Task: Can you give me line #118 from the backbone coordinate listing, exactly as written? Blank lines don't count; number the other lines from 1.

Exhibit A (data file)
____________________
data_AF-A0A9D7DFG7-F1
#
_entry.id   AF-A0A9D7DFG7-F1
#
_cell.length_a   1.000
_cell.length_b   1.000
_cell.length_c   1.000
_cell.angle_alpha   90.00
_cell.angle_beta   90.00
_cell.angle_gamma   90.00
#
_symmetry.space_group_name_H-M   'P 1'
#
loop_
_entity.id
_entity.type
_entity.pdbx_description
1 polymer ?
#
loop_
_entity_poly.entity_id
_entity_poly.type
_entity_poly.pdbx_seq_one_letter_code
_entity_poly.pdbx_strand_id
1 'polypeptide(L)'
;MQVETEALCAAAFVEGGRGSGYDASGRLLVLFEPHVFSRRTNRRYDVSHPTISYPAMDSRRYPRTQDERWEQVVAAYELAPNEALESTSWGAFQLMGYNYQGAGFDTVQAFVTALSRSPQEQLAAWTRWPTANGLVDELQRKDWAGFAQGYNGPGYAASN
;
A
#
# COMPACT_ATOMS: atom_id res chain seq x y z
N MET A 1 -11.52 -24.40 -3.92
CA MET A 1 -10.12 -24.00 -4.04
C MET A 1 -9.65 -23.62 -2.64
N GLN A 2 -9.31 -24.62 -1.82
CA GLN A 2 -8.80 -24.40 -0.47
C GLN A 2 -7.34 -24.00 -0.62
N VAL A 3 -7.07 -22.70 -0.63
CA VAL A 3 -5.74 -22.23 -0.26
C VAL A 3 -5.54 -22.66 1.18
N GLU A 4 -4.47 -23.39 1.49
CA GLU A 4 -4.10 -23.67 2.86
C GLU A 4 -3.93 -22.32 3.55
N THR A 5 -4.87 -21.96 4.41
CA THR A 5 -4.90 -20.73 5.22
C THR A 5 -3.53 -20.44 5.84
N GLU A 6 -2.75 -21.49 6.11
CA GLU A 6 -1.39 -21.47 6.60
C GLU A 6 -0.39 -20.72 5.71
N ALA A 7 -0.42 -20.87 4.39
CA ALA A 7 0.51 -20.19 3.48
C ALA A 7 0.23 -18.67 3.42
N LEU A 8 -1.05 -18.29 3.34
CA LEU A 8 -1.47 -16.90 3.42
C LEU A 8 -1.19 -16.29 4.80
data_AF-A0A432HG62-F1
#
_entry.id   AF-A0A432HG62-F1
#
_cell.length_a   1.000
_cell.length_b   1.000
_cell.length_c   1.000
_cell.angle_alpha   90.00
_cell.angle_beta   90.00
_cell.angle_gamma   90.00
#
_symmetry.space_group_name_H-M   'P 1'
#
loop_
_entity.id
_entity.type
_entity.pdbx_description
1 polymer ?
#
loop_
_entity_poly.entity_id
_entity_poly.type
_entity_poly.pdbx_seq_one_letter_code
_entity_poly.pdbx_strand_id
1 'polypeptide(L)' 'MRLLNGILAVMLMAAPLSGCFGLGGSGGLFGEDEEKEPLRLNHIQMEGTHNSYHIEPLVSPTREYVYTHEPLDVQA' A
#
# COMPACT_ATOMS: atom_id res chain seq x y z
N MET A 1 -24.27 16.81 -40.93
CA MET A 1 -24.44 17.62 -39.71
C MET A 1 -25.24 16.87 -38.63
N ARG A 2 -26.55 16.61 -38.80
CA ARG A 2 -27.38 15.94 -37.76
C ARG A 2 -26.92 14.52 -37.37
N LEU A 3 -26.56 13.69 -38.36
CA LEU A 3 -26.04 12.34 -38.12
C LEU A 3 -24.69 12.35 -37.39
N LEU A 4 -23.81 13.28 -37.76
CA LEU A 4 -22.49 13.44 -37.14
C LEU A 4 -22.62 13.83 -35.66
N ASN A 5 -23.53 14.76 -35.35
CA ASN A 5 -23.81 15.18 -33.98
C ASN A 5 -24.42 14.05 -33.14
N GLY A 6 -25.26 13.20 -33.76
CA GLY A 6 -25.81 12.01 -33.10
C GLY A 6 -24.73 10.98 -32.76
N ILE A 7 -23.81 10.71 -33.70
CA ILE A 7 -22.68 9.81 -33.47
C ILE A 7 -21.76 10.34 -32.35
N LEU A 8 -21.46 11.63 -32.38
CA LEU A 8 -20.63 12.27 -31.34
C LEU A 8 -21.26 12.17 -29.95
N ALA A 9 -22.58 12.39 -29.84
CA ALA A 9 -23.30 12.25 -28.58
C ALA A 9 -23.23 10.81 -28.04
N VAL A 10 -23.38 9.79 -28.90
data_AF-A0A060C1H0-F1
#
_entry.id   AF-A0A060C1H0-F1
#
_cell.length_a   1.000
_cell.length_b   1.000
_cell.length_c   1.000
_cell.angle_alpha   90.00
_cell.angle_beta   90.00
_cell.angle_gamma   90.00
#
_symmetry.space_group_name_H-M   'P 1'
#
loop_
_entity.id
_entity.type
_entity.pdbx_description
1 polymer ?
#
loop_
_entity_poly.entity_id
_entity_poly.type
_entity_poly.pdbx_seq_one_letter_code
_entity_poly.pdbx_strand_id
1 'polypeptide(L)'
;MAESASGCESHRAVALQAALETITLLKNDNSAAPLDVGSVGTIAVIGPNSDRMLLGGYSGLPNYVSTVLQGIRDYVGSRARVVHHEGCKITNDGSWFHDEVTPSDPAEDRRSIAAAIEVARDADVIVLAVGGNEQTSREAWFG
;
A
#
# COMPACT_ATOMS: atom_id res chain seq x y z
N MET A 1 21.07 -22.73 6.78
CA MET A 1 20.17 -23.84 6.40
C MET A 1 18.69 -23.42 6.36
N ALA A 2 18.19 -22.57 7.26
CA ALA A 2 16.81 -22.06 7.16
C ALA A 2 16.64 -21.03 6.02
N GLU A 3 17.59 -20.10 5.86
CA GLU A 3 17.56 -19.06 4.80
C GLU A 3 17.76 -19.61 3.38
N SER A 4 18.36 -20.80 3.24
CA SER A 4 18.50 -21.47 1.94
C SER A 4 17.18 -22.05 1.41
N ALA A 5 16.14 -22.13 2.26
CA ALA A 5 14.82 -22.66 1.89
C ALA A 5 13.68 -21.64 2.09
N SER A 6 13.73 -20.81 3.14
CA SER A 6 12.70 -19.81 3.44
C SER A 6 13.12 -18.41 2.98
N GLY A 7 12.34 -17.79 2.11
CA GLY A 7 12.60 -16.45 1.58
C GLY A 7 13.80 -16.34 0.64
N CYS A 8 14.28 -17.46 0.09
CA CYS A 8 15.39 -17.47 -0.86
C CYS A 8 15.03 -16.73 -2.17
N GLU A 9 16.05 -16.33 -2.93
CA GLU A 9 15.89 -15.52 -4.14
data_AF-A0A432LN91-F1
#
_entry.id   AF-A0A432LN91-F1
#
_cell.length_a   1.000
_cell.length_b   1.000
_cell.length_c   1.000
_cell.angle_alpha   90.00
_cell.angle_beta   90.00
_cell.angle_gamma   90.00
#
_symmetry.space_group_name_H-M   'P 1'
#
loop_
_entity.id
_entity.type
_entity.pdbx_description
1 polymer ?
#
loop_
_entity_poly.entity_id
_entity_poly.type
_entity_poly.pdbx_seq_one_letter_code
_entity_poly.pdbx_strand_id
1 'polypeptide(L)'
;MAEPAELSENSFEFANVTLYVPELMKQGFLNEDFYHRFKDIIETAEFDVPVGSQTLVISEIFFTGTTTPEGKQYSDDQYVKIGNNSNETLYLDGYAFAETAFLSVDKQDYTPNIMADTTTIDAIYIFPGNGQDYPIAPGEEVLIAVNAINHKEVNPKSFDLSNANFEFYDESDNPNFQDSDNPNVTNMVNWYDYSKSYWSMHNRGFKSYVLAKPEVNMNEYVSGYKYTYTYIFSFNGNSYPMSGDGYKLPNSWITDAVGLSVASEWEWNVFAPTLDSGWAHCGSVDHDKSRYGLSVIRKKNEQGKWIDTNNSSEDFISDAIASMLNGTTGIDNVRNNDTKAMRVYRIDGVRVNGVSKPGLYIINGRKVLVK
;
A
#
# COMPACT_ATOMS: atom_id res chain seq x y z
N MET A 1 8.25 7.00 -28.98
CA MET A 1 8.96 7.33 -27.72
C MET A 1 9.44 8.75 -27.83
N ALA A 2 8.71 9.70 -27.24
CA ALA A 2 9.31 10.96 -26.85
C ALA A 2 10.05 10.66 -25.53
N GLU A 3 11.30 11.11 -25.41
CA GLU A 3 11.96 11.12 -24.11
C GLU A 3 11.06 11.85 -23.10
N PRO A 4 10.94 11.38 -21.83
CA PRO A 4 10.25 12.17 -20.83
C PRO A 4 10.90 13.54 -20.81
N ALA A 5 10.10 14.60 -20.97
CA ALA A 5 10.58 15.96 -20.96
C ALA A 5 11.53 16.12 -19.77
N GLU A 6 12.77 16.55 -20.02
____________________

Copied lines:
_cell.angle_beta   90.00